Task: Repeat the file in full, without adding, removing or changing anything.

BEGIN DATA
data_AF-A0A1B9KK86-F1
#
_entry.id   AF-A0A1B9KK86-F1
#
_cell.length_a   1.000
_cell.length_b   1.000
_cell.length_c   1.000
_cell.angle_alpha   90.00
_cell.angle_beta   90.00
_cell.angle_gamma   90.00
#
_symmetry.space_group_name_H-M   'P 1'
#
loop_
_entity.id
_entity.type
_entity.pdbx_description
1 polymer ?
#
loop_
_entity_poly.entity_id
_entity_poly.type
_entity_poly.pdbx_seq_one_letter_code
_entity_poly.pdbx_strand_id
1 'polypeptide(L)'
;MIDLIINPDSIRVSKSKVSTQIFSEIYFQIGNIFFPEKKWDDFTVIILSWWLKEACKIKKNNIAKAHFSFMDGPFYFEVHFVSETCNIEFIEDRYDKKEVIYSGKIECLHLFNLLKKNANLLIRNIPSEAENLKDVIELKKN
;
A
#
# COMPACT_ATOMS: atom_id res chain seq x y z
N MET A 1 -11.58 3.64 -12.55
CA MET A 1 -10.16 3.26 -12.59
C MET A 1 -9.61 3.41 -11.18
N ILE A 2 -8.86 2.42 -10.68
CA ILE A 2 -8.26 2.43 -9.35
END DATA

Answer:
data_AF-A0A1B9KK86-F1
#
_entry.id   AF-A0A1B9KK86-F1
#
_cell.length_a   1.000
_cell.length_b   1.000
_cell.length_c   1.000
_cell.angle_alpha   90.00
_cell.angle_beta   90.00
_cell.angle_gamma   90.00
#
_symmetry.space_group_name_H-M   'P 1'
#
loop_
_entity.id
_entity.type
_entity.pdbx_description
1 polymer ?
#
loop_
_entity_poly.entity_id
_entity_poly.type
_entity_poly.pdbx_seq_one_letter_code
_entity_poly.pdbx_strand_id
1 'polypeptide(L)'
;MIDLIINPDSIRVSKSKVSTQIFSEIYFQIGNIFFPEKKWDDFTVIILSWWLKEACKIKKNNIAKAHFSFMDGPFYFEVHFVSETCNIEFIEDRYDKKEVIYSGKIECLHLFNLLKKNANLLIRNIPSEAENLKDVIELKKN
;
A
#
# COMPACT_ATOMS: atom_id res chain seq x y z
N MET A 1 -11.58 3.64 -12.55
CA MET A 1 -10.16 3.26 -12.59
C MET A 1 -9.61 3.41 -11.18
N ILE A 2 -8.86 2.42 -10.68
CA ILE A 2 -8.26 2.43 -9.35